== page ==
Instructions: Read this article, which discusses the ways in which
the national economies of Latin America and the Caribbean have
integrated into the international economy through trade, foreign
investment, capital flows, and migration.  
    
 Reading this article should take approximately 1 hour.  
    
 Terms of Use: Please respect the copyright and terms of use
displayed on the webpage above.

9.2.5 The Lost Half-Decade: 1997–2002   - Reading: The Saylor Foundation’s “Argentina’s Lost Half-Decade” Link: The Saylor Foundation’s “Argentina’s Lost Half-Decade” (PDF)

 Instructions: Read this article about Argentina’s lost half-decade.
In the period 1997–2002, Argentina plunged into a devastating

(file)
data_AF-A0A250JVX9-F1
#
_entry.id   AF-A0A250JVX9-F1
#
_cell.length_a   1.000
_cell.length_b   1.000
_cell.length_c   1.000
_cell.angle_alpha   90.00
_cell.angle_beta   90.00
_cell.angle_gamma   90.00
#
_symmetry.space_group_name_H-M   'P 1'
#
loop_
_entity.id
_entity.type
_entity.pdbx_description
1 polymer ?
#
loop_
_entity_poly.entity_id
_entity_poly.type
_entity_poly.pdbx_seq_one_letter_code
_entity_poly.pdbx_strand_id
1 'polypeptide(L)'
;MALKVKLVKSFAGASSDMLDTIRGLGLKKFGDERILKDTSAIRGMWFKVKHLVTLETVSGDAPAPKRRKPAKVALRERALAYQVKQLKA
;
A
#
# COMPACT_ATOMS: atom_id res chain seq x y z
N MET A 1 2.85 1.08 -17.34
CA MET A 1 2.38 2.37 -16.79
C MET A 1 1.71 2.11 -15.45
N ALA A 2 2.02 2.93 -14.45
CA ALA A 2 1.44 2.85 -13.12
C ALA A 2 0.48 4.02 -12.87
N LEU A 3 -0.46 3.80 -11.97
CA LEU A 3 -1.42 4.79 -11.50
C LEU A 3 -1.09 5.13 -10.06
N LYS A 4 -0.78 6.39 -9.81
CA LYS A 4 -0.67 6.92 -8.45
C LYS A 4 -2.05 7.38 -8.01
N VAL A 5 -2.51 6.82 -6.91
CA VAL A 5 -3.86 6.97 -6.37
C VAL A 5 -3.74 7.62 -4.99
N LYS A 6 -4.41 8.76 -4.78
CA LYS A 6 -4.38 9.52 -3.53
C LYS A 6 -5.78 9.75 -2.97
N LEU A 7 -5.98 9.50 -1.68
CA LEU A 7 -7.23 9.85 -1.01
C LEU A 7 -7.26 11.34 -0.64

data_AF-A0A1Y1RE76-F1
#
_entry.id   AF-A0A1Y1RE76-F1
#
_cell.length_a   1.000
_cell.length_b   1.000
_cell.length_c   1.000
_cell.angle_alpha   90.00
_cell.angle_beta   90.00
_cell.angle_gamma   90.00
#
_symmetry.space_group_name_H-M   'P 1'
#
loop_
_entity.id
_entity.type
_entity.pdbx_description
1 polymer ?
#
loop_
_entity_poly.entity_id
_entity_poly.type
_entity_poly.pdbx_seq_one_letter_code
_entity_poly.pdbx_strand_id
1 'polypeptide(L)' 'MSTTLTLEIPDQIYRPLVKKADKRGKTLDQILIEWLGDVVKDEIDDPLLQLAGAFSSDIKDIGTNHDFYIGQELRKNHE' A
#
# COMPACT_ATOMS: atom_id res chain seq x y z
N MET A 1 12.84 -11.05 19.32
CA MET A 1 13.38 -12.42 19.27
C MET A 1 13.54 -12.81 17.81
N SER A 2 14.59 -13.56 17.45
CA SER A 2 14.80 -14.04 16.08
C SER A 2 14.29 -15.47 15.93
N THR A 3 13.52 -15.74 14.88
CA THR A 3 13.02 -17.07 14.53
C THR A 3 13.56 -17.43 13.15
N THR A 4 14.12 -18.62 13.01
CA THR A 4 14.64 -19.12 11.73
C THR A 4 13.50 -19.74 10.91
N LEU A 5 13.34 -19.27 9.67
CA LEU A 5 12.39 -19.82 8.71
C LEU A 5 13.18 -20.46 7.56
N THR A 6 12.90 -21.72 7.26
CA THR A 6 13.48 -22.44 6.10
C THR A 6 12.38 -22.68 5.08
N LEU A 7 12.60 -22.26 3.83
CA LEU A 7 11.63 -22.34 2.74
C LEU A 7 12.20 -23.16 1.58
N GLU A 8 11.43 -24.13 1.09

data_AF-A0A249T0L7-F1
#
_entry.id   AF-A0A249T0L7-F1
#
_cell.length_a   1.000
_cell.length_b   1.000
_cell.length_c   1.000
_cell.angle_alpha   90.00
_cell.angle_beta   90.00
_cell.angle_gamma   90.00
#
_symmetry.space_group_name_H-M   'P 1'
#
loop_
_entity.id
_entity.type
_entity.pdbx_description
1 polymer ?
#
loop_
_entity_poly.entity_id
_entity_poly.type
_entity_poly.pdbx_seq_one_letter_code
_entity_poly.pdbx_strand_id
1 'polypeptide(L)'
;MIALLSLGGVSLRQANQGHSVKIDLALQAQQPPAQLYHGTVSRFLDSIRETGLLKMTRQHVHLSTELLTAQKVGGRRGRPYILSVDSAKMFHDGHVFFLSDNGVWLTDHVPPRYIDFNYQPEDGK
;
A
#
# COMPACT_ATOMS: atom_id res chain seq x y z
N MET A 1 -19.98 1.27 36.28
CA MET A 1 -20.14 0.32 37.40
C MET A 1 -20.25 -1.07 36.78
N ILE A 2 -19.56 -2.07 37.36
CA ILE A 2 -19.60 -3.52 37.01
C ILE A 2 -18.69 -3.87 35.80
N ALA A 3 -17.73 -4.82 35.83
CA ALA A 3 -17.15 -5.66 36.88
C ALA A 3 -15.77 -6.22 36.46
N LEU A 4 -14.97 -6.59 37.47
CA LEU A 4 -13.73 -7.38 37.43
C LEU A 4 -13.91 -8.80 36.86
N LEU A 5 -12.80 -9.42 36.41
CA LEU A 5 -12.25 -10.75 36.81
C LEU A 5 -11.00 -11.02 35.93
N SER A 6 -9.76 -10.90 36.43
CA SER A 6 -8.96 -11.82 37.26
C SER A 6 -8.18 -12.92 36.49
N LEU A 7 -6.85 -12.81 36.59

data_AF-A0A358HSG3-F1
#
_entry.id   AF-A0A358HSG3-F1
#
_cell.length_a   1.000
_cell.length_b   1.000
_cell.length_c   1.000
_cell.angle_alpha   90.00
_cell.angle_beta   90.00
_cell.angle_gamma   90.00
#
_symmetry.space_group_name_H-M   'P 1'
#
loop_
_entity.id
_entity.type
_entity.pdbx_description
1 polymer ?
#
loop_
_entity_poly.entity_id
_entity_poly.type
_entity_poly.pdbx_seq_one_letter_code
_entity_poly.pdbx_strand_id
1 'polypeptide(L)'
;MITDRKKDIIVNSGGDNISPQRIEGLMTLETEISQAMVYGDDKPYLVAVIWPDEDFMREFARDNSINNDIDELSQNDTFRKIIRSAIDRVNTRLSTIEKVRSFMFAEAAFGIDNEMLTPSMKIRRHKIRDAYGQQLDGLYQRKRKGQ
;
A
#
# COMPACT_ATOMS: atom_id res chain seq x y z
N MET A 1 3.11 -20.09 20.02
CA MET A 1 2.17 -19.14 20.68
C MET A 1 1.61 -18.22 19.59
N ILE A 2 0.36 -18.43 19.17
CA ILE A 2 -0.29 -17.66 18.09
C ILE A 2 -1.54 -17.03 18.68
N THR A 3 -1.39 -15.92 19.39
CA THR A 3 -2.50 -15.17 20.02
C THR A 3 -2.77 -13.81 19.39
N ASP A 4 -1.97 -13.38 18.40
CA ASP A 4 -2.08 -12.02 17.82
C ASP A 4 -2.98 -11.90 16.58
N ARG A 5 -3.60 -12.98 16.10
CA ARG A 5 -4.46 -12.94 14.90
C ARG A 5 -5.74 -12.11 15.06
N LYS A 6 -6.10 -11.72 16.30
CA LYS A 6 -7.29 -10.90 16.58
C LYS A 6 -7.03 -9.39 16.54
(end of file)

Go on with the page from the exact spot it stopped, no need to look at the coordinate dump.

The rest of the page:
economic crisis.  

 As you read, consider the following study question: Do you think
Argentina’s economic crisis was due to external contagion, or did it
have an internal origin?  

 Reading this article and answering the study question should take
approximately 30 minutes.

9.2.6 Regaining Economic Prosperity   - Reading: Transcend Media Service: Professor James Petras’s “Latin America: Crises, Upheavals, Roads to 21st Century Capitalist Development”

Link: Transcend Media Service: Professor James Petras’s [“Latin
America: Crises, Upheavals, Roads to 21<sup>st</sup> Century
Capitalist
Development”](http://www.transcend.org/tms/2010/11/latin-america-crises-upheavals-roads-to-twenty-first-century-capitalist-development/) (HTML)  
    
 Instructions: Read this article on 21<sup>st</sup> century Latin
America. You may click on the link at the bottom of the webpage to